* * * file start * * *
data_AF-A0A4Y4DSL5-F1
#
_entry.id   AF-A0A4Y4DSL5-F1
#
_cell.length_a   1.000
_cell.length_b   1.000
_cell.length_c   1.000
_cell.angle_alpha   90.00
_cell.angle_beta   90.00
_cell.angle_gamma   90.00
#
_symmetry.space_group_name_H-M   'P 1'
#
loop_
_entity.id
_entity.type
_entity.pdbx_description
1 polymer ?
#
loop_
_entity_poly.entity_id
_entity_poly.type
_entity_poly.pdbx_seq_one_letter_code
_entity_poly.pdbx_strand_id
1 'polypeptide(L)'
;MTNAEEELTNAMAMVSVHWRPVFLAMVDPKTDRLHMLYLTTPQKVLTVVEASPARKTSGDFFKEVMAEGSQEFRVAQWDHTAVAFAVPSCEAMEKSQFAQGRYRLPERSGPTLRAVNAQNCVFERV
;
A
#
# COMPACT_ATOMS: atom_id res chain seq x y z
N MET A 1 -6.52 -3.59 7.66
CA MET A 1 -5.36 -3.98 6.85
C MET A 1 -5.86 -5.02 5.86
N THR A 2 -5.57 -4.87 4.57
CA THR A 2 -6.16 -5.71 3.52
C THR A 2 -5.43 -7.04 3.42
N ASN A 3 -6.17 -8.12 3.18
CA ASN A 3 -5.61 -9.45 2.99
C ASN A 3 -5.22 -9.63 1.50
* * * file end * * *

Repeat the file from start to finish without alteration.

data_AF-A0A4Y4DSL5-F1
#
_entry.id   AF-A0A4Y4DSL5-F1
#
_cell.length_a   1.000
_cell.length_b   1.000
_cell.length_c   1.000
_cell.angle_alpha   90.00
_cell.angle_beta   90.00
_cell.angle_gamma   90.00
#
_symmetry.space_group_name_H-M   'P 1'
#
loop_
_entity.id
_entity.type
_entity.pdbx_description
1 polymer ?
#
loop_
_entity_poly.entity_id
_entity_poly.type
_entity_poly.pdbx_seq_one_letter_code
_entity_poly.pdbx_strand_id
1 'polypeptide(L)'
;MTNAEEELTNAMAMVSVHWRPVFLAMVDPKTDRLHMLYLTTPQKVLTVVEASPARKTSGDFFKEVMAEGSQEFRVAQWDHTAVAFAVPSCEAMEKSQFAQGRYRLPERSGPTLRAVNAQNCVFERV
;
A
#
# COMPACT_ATOMS: atom_id res chain seq x y z
N MET A 1 -6.52 -3.59 7.66
CA MET A 1 -5.36 -3.98 6.85
C MET A 1 -5.86 -5.02 5.86
N THR A 2 -5.57 -4.87 4.57
CA THR A 2 -6.16 -5.71 3.52
C THR A 2 -5.43 -7.04 3.42
N ASN A 3 -6.17 -8.12 3.18
CA ASN A 3 -5.61 -9.45 2.99
C ASN A 3 -5.22 -9.63 1.50